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Minnesota Cooking: How to Freeze Homegrown Tomatoes

Updated on September 12, 2017

Tomatoes Grow on a Bush or Vine

Tomatoes grow in my garden. First, I almost thought I wasn't going to get any fresh tomatoes at all, and then—wham!—there were more than I could deal with. So, now, the problem is I need to process them so I can use them later.

I don't have time right now to can; plus the house gets too hot since Minnesota is very humid in this time of year, so it's more of a later-in-the-fall event. It's nice to freeze them, since you can core them and freeze them with their skins on. Then later, you can rinse them with cool water, and the skin washes right off. No scalding required.

Ingredients

  • unlimited tomato, fresh picked

Instructions

  1. Wash tomato. Look for bad spots. Discard any that look bad.
  2. Poke juice extractor into tomato at stem and twist, loosening core. Twist sideways and dislodge from inside of tomato. Discard core.
  3. Place cored tomatoes on tray. Place in freezer.
Cast your vote for Preparing Tomatoes for Freezing

Boxes of Tomatoes Ripening to Red

I picked two boxes worth of tomatoes in a single picking. I had a couple boxes that I placed the Sunday Tribune in the bottom. It helps to keep them from rolling around. Plus, if one happens to spring a leak, the paper is somewhat absorbent.

When getting ready to process the tomatoes, it is important to discard those with indented, discolored spots, since these indicate interior rot and could ruin an entire batch of cooked tomatoes. A bad tomato is always a bad tomato.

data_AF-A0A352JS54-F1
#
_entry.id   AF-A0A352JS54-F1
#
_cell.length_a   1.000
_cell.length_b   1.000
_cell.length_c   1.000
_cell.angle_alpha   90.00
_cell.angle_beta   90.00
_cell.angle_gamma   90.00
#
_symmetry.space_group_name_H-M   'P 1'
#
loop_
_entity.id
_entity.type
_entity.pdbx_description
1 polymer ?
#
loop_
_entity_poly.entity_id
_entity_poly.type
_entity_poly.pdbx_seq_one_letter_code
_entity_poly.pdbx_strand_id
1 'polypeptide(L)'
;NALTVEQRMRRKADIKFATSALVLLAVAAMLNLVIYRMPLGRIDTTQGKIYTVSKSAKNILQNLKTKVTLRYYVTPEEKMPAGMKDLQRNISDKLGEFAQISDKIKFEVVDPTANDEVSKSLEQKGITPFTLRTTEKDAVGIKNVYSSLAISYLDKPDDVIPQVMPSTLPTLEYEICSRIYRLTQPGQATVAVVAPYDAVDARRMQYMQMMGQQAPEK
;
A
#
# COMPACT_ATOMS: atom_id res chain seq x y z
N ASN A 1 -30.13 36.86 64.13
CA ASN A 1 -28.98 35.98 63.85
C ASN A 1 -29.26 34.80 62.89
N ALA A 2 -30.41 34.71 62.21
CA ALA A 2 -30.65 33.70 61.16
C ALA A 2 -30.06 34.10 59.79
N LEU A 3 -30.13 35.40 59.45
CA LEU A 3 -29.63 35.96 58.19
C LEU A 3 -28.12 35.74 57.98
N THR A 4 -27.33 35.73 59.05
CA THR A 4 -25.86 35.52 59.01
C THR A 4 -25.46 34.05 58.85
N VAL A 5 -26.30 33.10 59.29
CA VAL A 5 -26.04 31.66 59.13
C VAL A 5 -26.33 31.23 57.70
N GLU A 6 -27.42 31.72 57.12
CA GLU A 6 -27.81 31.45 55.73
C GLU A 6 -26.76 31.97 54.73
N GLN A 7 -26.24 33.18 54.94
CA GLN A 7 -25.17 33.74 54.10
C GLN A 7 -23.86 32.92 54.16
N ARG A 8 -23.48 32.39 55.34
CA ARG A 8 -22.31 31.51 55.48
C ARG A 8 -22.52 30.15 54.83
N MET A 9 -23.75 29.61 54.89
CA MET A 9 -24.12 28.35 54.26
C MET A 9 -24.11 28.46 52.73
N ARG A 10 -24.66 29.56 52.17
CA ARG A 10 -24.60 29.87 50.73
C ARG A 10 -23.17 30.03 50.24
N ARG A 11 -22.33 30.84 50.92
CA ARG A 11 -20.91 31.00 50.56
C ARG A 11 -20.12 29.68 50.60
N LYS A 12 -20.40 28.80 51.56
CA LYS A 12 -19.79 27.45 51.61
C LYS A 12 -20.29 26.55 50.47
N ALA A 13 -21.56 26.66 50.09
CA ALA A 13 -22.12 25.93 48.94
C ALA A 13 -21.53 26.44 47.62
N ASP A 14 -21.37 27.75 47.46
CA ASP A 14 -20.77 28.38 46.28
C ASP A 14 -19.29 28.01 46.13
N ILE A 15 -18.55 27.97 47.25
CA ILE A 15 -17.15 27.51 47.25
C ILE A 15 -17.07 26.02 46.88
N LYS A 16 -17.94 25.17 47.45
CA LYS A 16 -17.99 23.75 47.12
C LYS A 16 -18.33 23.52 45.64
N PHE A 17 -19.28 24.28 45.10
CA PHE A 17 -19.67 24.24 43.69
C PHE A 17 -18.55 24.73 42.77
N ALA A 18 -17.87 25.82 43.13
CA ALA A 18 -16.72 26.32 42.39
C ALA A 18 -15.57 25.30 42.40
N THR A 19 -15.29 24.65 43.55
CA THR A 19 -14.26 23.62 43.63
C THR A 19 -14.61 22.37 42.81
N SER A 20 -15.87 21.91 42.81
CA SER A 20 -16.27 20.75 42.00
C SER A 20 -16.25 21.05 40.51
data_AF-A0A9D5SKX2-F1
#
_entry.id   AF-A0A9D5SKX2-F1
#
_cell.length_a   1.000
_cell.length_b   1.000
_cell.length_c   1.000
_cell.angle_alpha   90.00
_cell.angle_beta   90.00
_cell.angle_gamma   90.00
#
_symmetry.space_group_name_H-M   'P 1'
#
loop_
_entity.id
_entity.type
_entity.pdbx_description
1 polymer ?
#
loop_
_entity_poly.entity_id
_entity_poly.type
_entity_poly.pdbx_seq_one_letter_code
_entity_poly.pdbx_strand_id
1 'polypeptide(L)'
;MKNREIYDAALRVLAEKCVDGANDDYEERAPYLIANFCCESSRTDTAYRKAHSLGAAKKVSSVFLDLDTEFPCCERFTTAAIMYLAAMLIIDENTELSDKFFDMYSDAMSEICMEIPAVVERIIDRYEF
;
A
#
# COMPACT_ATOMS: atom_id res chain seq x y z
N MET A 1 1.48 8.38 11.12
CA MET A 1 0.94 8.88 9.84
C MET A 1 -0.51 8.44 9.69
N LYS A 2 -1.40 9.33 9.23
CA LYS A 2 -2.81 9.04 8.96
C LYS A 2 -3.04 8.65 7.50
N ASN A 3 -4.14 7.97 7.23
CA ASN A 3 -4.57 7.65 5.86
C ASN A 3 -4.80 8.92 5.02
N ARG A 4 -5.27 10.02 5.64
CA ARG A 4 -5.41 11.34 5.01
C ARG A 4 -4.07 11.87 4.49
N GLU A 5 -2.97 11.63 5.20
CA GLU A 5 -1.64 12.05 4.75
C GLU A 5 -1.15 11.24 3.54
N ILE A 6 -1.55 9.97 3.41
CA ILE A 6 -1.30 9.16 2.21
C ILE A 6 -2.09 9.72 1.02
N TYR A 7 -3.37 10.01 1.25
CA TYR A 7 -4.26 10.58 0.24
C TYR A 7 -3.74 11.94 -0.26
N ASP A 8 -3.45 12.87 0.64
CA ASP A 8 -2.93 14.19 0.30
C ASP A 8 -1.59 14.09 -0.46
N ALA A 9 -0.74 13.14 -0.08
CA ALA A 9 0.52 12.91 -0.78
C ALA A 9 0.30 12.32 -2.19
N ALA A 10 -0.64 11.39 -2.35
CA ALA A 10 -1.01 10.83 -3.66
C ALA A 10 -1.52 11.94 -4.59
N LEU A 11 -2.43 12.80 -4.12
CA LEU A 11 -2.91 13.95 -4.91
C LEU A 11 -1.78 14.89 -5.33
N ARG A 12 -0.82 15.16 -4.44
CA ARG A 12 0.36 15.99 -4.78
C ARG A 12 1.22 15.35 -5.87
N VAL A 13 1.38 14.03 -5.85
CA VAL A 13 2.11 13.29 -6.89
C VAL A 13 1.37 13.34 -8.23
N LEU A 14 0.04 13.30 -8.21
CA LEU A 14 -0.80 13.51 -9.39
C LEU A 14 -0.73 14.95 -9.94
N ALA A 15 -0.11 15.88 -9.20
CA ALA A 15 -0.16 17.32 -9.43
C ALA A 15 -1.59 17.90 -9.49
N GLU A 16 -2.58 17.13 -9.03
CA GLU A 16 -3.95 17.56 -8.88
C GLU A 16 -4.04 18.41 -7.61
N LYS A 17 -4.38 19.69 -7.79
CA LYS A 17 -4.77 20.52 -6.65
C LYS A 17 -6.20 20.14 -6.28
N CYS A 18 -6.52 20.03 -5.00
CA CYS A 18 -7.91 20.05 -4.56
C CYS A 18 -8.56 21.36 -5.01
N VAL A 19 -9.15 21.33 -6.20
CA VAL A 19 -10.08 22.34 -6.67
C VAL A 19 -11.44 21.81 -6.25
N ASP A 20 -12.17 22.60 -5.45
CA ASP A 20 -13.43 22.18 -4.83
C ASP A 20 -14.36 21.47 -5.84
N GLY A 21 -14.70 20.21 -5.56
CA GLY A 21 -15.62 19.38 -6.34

Click thumbnail to view full-size
many, many tomatoestarget area on tomatohandy extractor toolline up with stem end, and push into tomato, gently turning with teeth.
many, many tomatoes
many, many tomatoes
target area on tomato
target area on tomato
handy extractor tool
handy extractor tool
line up with stem end, and push into tomato, gently turning with teeth.
line up with stem end, and push into tomato, gently turning with teeth.
Click thumbnail to view full-size
poke into tomato by stemturn and pull outit leaves a neat hole
poke into tomato by stem
poke into tomato by stem
turn and pull out
turn and pull out
it leaves a neat hole
it leaves a neat hole
Click thumbnail to view full-size
core removed completely with extractorcore is not used, just discard it on your compost pileI had a lot of tomatoes with bad spots, so they will join the cores on the compost heap.
core removed completely with extractor
core removed completely with extractor
core is not used, just discard it on your compost pile
core is not used, just discard it on your compost pile
I had a lot of tomatoes with bad spots, so they will join the cores on the compost heap.
I had a lot of tomatoes with bad spots, so they will join the cores on the compost heap.

Juice Extractor

The juice extractor tool worked well for poking into the tomato and cutting out the cores. As you can see, I cut one tomato in half after using the extractor and it was very effective.

The tool is actually supposed to be poked into an orange. You're supposed to squeeze the orange and drink the juice right from the orange. The extractor was obtained from a Tupperware party, and I see that someone on Etsy is selling them.

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